‘Edge feathering’ offers protection for wildlife

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Editor’s Note: This article was provided by the Perry County Soil and Water Conservation District

PERRY COUNTY – Woodland edges next to crop land and pasture or in fence rows have grown from brushy transition zones to big trees.

This brushy transition area is important for several wildlife species, including rabbits, quail, and some songbirds. The loss of this edge has resulted in the loss of important habitat. To restore this, edge feathering can be applied to the edges and fence rows to promote low-growing shrubs and weedy areas.

The best time of year to apply edge feathering is after leaf fall, October through March. Edge feathering should extend from 30 to 50 feet into the woodland edge, or in narrow fence rows the entire width of the fence row.

Feathering should be completed on areas between 50 and 75 feet in length along the edge or fence row. Alternate treated and undisturbed sites 200 to 300 feet in length along the edge. In future years, additional sites can be created in the undisturbed areas.

First, use an approved herbicide such as glyphosate to treat any fescue or other sod forming grasses under the tree canopy. This is best preformed in the fall after the leaves have fallen from any existing desirable shrubs, and while grasses are still green and growing. The removal of sod forming grasses will allow for the establishment of beneficial, naturally occurring plants, forbs and shrubs.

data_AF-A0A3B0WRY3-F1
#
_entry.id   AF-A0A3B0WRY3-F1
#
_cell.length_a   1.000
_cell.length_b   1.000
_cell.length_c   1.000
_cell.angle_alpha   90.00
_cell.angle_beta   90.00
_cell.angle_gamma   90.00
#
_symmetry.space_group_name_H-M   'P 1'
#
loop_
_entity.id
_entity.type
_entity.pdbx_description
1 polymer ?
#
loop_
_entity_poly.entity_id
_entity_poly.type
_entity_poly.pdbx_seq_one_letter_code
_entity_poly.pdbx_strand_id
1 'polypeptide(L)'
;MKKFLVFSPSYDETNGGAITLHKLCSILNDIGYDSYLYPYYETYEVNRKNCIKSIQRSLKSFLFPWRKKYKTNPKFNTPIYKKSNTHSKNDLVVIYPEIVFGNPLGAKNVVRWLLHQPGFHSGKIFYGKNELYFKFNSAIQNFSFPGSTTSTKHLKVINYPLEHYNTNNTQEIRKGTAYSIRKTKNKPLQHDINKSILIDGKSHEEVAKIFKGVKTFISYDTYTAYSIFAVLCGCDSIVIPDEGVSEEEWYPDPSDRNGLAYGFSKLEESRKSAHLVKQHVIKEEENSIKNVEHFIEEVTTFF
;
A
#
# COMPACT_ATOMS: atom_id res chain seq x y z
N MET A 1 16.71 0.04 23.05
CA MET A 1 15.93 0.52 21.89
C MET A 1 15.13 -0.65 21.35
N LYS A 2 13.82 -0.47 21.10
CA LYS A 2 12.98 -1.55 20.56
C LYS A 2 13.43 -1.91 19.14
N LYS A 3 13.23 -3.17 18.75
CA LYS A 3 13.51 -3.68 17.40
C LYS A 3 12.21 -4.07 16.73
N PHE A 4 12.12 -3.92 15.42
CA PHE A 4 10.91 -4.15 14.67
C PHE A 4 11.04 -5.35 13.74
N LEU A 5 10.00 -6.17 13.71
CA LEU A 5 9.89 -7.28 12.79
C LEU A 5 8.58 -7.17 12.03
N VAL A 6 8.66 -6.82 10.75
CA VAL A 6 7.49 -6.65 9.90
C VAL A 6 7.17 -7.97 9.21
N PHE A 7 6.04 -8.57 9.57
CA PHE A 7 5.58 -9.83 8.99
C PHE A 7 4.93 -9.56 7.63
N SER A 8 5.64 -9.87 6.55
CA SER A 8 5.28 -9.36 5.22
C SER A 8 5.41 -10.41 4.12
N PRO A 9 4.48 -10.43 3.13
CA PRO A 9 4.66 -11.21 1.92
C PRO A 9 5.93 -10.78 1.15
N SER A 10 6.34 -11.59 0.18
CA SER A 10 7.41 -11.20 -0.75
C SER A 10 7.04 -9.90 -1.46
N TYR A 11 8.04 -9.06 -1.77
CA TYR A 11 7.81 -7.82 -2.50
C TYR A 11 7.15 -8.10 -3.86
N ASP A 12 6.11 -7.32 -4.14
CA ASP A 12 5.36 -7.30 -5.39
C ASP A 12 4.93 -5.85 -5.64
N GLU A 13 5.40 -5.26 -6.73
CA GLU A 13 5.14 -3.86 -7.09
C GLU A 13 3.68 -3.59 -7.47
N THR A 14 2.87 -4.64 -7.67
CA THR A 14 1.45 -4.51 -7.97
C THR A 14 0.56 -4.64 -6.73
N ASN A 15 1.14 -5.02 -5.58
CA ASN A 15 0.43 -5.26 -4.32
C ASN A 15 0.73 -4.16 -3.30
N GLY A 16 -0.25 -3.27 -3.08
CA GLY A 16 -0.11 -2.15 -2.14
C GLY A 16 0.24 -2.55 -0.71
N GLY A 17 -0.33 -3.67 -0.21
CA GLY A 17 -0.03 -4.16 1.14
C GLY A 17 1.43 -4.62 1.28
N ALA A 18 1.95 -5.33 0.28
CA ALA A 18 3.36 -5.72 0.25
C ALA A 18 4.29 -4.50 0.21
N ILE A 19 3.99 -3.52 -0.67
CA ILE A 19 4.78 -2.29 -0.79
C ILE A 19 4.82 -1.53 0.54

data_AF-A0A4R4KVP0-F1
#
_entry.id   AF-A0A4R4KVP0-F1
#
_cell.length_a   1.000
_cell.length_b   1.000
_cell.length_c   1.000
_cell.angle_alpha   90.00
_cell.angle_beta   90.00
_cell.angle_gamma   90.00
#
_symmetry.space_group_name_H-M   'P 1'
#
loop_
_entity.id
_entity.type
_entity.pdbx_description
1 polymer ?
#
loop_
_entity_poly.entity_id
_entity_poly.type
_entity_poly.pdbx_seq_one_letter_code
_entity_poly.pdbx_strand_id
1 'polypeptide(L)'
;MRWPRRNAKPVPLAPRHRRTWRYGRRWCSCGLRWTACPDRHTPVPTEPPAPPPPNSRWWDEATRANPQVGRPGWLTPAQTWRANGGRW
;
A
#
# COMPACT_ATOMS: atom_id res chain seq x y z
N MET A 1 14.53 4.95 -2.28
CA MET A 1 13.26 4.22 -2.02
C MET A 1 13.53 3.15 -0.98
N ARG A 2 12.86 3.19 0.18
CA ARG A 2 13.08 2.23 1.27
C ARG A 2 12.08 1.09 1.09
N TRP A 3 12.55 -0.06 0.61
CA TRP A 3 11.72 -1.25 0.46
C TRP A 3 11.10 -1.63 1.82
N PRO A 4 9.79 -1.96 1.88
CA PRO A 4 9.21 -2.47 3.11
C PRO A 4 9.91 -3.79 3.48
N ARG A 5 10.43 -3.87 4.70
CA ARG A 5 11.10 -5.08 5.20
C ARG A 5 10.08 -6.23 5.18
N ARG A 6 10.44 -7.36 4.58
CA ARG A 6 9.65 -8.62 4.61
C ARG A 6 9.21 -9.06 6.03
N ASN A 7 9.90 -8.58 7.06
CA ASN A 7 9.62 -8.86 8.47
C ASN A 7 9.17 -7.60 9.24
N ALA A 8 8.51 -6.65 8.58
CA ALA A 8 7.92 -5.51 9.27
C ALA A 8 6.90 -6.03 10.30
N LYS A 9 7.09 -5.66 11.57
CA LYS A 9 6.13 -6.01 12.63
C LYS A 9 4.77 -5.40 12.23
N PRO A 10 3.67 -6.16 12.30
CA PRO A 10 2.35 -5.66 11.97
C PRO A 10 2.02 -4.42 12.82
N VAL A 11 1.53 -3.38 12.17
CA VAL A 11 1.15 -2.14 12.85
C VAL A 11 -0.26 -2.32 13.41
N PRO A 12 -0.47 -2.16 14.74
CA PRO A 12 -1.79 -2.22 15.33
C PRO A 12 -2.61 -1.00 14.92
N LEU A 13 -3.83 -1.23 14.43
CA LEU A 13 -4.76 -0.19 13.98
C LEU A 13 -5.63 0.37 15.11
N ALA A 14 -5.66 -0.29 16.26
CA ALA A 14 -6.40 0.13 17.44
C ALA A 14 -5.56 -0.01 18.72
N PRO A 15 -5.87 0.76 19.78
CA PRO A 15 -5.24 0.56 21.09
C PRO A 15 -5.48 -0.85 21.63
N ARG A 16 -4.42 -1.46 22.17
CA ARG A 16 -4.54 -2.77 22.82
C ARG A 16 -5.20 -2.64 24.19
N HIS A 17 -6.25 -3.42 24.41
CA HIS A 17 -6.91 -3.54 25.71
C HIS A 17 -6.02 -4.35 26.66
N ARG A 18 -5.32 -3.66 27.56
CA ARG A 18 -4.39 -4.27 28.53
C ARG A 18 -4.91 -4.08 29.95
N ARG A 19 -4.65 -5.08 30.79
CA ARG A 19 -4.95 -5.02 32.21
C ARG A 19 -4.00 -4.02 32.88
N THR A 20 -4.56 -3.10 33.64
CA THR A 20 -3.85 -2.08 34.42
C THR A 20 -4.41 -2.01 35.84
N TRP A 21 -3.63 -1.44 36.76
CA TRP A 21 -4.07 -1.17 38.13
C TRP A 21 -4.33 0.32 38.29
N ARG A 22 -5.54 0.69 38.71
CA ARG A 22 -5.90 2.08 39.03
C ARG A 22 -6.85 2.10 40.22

Second, treat all woody vegetation greater than 4 inches in diameter within the practice area. Use a chainsaw, tree clipper, or hydro-axe to cut selected trees. This is best conducted in the fall after leaf fall and when the sap is down. Allow desirable fruit-bearing trees to grow.

Logs can be harvested for posts, lumber or firewood and leaving the tops in a shingle-like fashion in the treatment area. Native grasses, forbs and weeds will grow up through the tree top branches and provide excellent escape and winter cover for rabbits, quail and songbirds.

Third, treat the stumps of undesirable tree species to prevent resprouting. As tree species begin to grow in the treated area and start to shade out the understory again, apply the practice to adjacent areas to replace the maturing areas. It is best to set up a maintenance regime where no more than one-third of the existing edge sites are treated in a given year.